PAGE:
Apart from the weight, the double cutaway design helps you to hit those lower frets without stress. Without a cutaway design, it becomes very difficult to play frets beyond the 20th fret because of the bends your hand would have to go over.

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However, with the cutaway design, the places your hand would have had to maneuver to get to the frets are cut-off. This means that your hands get to the lower frets easy and you can play those high-notes. This is especially important if you get the 4-string bass because they don’t contain those higher notes on another string like the 5 and 6-string versions.

Number Of Frets: 24

Both of these guitars are double cutaway designs, both of these guitars come with 24 frets. These 24 frets give you a long range of notes to play with, which is always a good thing.

While we think that this is a good thing, not everyone does. Some people are of the opinion that as a beginner, 24 frets might be too forward a move. The argument is that if you learn with 24 frets, it’ll be difficult to play a bass guitar that has fewer frets.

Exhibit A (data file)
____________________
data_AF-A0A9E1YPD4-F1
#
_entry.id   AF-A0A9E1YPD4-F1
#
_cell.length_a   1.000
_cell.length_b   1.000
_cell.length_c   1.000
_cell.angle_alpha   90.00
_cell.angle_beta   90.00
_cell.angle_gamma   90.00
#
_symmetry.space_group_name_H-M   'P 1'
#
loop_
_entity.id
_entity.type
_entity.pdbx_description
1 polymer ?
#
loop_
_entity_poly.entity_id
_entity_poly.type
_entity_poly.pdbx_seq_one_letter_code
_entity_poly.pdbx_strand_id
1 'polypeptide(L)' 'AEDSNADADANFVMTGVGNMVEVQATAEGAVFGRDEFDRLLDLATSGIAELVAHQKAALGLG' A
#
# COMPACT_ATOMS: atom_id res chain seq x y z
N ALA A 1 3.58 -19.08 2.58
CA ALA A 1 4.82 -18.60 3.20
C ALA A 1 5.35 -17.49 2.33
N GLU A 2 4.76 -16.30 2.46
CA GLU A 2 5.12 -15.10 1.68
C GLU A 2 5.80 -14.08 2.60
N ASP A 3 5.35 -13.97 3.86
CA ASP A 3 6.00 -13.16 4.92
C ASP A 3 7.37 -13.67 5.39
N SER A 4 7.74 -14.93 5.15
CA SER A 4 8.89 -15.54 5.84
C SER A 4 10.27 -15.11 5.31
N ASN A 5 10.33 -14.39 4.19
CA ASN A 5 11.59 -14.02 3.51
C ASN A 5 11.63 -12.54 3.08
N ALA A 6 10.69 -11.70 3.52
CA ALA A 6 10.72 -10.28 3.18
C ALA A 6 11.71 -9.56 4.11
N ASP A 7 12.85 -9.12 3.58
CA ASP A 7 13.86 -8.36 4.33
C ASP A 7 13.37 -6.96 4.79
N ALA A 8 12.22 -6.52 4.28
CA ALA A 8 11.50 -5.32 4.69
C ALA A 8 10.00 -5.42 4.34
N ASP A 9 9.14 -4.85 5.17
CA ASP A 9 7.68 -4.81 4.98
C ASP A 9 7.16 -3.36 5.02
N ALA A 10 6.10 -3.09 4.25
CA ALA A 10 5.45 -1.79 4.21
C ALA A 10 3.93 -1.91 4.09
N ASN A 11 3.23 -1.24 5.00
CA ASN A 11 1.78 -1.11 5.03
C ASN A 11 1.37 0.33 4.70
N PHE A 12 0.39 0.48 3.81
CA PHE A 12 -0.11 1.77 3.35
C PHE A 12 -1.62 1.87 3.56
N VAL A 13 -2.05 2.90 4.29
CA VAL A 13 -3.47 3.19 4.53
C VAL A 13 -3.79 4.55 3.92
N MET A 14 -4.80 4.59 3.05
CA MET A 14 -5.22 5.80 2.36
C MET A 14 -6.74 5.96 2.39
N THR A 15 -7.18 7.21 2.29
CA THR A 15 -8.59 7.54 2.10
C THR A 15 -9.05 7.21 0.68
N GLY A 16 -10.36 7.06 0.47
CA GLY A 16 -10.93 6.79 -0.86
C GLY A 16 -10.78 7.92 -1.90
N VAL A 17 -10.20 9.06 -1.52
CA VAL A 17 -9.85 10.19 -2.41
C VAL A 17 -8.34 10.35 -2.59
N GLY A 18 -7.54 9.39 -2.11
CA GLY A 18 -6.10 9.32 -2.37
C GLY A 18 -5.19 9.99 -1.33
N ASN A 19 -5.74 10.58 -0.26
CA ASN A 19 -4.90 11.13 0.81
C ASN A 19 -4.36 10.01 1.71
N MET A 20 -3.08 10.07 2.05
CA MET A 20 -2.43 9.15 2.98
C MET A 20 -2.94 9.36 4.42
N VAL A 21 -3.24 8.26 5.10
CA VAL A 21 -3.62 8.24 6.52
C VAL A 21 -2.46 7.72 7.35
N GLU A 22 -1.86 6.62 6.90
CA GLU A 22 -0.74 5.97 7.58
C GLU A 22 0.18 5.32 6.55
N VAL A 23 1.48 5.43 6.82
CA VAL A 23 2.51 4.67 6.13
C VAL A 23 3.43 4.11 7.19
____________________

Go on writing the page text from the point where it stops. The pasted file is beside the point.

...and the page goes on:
They actually make a solid argument, and although we do not agree with them, we had to point it out. We think that the first thing shouldn’t be number of frets, but discipline. As a beginner, if you can discipline yourself to learn the basics of the bass guitar, of any bass guitar, you would be able to play with any number of frets.

Bolt-on Necks

Another feature that both of these guitars have in common is bolt-on necks. If you do not know what these are, and you do not know how and why they matter, here’s a number of reasons why bolt-on necks are good:

First, they provide your guitar with stability. Ignore the name for a bit, these necks are joined to your guitar by screwing, as opposed to bolting. Because they are screwed and not bolted (seriously, why didn’t they just name these screwed-on necks for world peace?) these necks last really long without them damaging.

And if they get damaged? Well, if these go get damaged, they’re still great because they’re easier to replace than other neck types. All you have to do is unscrew the damaged one, get a new one, and screw that one in place.

One downside with the Yamaha guitar, though, you would have to order a replacement from them directly, or take the guitar to them for repairs. There are no third party shops where you can have that fixed for the Yamaha guitar.

The next thing that makes this guitar good is the attack that these necks provide. Attack in terms of music, yes. They produce a brilliant and sharp sound. Although, through necks are the better option when it comes to enhancing the tone of your guitar, bolt-on necks are not afar off.

Number Of Strings 4 (Available In 5)

The basic form of any bass guitar is with 4 strings. This is the direct electrical variation of the standing bass, otherwise known as the cello. This is why you see all, or almost all, beginner-level bass guitars come with 4 strings.